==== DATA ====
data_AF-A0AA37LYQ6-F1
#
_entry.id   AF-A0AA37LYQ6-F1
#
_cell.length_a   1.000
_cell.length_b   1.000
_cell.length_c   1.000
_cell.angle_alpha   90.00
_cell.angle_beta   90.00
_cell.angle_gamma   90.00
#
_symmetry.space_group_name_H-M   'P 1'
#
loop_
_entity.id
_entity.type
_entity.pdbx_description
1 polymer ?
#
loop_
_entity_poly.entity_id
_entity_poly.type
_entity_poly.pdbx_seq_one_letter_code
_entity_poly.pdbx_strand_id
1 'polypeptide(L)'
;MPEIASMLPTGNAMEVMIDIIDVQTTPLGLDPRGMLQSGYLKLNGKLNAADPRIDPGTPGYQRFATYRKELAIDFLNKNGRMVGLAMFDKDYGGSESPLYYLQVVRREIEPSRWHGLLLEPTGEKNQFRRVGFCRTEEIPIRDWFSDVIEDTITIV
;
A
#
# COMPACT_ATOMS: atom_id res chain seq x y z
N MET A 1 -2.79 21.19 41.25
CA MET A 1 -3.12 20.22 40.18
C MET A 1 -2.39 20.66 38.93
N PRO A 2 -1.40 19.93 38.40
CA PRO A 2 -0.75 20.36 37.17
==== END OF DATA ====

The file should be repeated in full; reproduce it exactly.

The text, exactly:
data_AF-A0AA37LYQ6-F1
#
_entry.id   AF-A0AA37LYQ6-F1
#
_cell.length_a   1.000
_cell.length_b   1.000
_cell.length_c   1.000
_cell.angle_alpha   90.00
_cell.angle_beta   90.00
_cell.angle_gamma   90.00
#
_symmetry.space_group_name_H-M   'P 1'
#
loop_
_entity.id
_entity.type
_entity.pdbx_description
1 polymer ?
#
loop_
_entity_poly.entity_id
_entity_poly.type
_entity_poly.pdbx_seq_one_letter_code
_entity_poly.pdbx_strand_id
1 'polypeptide(L)'
;MPEIASMLPTGNAMEVMIDIIDVQTTPLGLDPRGMLQSGYLKLNGKLNAADPRIDPGTPGYQRFATYRKELAIDFLNKNGRMVGLAMFDKDYGGSESPLYYLQVVRREIEPSRWHGLLLEPTGEKNQFRRVGFCRTEEIPIRDWFSDVIEDTITIV
;
A
#
# COMPACT_ATOMS: atom_id res chain seq x y z
N MET A 1 -2.79 21.19 41.25
CA MET A 1 -3.12 20.22 40.18
C MET A 1 -2.39 20.66 38.93
N PRO A 2 -1.40 19.93 38.40
CA PRO A 2 -0.75 20.36 37.17